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Cold front to clear city's air

THE dense haze that has shrouded Shanghai for the past few days is set to continue today as smog lingers in large parts of east and central China.

But the sky should clear tomorrow with the arrival of a cold front from the north and the air quality will be between "good" and "lightly polluted," the Shanghai Environmental Monitoring Center said yesterday.

The center issued an air pollution alert at 7:39am yesterday when the city's hourly PM2.5 index reached 96.1 micrograms per cubic meter. It urged people with cardiovascular and respiratory diseases to avoid outdoor activities.

The downtown density of PM2.5 pollutants, particles smaller than 2.5 micrometers in diameter, began to climb at 6am and reached 118 at 10am.

The average reading over the previous 24 hours was 116.2 at 10am, compared with the nation's safe standard of 75.

After 10am, the density began to drop and was 77.5 at 5pm.

While Shanghai was still experiencing poor quality air, Beijing was able to breathe more easily yesterday.

After five consecutive days of heavy to severe pollution, the capital's air quality was deemed "good," partly thanks to a fall of snow.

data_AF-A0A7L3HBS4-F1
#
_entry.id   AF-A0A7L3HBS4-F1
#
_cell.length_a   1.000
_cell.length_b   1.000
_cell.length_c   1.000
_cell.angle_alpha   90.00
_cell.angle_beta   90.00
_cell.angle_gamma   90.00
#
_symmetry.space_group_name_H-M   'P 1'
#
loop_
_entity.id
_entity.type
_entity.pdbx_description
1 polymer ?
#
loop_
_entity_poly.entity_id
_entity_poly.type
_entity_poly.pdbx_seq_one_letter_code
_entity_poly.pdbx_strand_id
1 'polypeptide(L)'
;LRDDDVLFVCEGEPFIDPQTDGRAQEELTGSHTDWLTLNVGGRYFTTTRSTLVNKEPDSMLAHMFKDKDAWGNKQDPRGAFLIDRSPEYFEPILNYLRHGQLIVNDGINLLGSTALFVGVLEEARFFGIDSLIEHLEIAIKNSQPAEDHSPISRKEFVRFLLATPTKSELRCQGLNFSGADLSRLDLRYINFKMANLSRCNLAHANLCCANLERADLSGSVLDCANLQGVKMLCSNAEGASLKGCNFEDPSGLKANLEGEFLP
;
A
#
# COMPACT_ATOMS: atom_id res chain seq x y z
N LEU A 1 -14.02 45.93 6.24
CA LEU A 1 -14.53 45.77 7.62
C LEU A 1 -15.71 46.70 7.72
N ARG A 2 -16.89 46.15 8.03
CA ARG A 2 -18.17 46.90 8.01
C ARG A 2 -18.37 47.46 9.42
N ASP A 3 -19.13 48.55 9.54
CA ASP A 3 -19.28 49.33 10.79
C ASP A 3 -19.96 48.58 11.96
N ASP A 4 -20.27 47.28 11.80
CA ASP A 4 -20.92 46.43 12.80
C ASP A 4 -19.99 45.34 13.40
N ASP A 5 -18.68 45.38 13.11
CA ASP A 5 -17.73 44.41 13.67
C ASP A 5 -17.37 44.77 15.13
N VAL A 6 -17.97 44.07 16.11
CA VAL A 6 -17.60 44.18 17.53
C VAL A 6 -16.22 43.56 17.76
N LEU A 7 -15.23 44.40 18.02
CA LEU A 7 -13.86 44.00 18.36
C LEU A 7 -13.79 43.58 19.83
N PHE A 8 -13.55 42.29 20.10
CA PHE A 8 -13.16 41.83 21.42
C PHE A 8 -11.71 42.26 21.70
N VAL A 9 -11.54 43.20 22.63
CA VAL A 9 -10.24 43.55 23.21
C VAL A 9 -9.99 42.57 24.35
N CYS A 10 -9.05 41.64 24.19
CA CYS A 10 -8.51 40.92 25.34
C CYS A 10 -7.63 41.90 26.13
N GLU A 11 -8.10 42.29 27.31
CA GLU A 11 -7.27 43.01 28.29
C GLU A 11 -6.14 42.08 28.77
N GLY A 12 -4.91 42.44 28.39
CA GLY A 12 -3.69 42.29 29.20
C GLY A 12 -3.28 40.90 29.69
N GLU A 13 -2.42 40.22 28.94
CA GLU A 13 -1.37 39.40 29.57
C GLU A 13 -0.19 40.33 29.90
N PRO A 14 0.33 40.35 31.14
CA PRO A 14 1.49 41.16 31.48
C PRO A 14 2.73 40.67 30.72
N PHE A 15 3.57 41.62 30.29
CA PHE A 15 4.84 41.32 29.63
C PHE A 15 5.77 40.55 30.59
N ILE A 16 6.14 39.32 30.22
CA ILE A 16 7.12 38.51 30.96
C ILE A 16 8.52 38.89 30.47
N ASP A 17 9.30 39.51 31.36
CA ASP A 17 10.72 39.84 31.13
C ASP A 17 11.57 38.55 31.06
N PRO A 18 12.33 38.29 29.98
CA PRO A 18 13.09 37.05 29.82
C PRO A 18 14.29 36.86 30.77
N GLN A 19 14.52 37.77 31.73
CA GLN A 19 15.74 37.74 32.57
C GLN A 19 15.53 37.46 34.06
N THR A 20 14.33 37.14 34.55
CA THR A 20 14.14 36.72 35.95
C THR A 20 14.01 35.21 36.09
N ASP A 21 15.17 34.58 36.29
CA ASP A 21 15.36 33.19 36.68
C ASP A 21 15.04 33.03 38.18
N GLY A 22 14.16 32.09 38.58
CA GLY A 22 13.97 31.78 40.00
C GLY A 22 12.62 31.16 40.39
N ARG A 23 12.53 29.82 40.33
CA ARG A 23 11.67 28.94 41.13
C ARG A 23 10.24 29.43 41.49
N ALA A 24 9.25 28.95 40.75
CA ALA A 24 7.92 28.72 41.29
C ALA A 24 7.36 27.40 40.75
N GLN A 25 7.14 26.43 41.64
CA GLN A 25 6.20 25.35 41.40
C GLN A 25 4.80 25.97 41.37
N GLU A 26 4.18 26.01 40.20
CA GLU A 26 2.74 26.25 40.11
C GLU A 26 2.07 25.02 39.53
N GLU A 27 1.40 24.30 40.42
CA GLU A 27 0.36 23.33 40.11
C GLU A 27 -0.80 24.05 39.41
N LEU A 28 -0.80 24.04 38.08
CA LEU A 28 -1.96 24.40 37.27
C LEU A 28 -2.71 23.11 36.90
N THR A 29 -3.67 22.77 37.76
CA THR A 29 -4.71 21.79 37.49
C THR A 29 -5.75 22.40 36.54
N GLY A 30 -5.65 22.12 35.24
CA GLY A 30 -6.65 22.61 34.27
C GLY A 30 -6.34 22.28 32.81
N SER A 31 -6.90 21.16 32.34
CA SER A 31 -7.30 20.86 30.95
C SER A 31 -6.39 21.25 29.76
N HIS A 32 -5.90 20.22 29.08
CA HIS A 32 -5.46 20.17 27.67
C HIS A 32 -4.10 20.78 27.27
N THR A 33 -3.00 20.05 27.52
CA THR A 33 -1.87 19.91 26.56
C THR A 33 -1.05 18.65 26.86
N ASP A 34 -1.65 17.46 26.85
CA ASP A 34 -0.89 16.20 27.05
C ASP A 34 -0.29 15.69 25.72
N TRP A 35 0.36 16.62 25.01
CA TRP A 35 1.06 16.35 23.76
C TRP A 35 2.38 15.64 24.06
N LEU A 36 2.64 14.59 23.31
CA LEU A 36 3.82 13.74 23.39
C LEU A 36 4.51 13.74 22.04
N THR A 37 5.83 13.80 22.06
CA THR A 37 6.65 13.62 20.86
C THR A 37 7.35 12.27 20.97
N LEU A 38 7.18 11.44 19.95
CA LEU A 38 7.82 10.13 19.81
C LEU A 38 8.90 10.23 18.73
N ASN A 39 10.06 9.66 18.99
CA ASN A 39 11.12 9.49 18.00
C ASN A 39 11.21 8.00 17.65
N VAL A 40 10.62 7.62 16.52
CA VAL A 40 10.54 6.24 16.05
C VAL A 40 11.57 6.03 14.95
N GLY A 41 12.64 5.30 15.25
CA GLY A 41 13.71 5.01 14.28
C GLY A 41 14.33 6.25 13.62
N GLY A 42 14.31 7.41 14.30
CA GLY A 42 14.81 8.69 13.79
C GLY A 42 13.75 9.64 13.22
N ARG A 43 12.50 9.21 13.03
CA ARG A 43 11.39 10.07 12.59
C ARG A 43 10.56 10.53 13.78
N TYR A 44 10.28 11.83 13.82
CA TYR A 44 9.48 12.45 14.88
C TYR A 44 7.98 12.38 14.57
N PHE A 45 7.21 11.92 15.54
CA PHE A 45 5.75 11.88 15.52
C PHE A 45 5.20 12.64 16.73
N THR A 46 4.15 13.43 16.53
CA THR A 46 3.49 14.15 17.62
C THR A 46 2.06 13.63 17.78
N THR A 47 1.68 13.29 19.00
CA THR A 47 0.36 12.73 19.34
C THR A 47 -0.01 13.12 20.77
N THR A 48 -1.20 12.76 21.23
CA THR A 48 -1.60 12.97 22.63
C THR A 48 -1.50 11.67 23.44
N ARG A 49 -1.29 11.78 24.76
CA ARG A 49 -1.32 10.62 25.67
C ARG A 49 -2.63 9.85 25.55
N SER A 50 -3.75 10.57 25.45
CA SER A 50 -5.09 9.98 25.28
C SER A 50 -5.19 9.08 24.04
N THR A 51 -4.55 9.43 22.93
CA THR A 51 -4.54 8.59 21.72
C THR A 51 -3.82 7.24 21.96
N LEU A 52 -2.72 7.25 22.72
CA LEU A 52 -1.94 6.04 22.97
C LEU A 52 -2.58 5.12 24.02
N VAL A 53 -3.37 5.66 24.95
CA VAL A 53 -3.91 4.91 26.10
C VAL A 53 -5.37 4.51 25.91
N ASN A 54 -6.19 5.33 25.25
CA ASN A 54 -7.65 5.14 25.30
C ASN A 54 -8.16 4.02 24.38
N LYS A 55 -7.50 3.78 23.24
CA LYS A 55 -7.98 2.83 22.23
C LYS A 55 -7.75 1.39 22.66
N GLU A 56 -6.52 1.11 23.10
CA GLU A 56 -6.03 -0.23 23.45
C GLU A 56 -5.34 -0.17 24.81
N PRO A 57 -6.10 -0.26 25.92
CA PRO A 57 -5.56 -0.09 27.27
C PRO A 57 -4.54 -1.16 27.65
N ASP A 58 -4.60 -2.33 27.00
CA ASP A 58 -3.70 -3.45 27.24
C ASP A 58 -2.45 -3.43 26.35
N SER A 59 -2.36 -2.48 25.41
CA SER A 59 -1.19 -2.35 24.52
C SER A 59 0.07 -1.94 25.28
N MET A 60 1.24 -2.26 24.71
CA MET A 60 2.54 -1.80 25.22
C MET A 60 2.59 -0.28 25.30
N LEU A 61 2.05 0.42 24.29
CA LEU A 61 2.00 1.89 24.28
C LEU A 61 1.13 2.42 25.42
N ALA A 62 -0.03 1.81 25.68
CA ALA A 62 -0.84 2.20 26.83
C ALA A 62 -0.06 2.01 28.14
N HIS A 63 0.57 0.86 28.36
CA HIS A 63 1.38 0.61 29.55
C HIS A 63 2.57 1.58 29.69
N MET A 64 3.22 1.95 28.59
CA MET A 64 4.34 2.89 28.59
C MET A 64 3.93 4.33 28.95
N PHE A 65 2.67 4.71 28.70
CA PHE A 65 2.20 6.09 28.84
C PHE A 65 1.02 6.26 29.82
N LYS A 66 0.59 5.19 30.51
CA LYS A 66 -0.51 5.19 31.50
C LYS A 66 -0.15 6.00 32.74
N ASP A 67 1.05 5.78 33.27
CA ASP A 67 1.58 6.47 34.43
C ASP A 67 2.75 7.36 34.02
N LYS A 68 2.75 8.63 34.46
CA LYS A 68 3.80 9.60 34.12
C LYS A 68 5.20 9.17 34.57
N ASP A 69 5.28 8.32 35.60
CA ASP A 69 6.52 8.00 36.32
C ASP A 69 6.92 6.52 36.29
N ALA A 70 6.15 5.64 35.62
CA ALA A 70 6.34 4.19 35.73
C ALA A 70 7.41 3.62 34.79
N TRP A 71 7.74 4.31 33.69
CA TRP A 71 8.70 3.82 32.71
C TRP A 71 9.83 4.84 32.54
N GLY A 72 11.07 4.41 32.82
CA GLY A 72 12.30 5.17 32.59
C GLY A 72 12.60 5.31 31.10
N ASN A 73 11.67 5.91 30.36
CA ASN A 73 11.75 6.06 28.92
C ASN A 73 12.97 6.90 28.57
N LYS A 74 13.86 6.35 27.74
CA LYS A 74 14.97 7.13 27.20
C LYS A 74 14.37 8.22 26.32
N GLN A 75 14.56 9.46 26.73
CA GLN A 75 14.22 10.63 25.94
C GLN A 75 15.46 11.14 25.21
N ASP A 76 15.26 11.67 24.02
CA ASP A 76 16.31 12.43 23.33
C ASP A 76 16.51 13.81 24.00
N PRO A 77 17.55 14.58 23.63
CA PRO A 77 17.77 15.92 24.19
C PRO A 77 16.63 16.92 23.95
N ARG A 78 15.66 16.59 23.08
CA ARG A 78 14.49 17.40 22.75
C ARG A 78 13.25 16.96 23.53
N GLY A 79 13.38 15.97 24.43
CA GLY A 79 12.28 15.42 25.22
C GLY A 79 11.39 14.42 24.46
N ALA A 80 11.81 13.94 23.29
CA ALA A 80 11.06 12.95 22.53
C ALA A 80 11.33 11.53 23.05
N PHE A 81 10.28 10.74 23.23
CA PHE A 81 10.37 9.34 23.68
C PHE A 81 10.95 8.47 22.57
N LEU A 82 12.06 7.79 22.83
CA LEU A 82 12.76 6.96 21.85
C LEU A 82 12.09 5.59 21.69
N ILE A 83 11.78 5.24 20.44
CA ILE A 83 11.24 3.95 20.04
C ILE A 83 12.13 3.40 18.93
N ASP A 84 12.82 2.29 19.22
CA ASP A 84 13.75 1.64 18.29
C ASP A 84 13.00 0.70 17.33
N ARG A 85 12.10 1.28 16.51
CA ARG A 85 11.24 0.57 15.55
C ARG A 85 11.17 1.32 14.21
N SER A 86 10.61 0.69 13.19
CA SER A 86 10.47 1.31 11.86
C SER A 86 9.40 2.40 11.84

By 9am, visibility in the capital's streets had improved to a kilometer from less than 200 meters in previous days. The air was noticeably cleaner and many residents chose to leave their masks at home when they went out.

All monitoring stations' PM2.5 readings had dropped significantly. The Dongsi station in eastern Beijing recorded 64 at 10am yesterday, while the average density over the previous 24 hours was 129. At 10am on Sunday, the previous 24 hours reading of PM2.5 at the station was 559. Monday's 10am figure was 284.

The Beijing Environmental Monitoring Center said the density of fine particles started to drop from late Monday because of falling temperatures and snow.

At 7am yesterday, all monitoring stations in the city reported an hourly PM2.5 density between 50 and 70.

Since Thursday evening, the hourly density of PM2.5 in most of Beijing had surpassed 300 and many monitoring stations recorded over 700 on Saturday.

With the arrival of a cold front in the capital city last night, the wind was expected to blow away local pollutants, further improving air quality, the center said.

Coal burning, vehicle exhaust and factory emissions, wind-blown dust and the still weather conditions have been blamed for the city's latest round of serious pollution.


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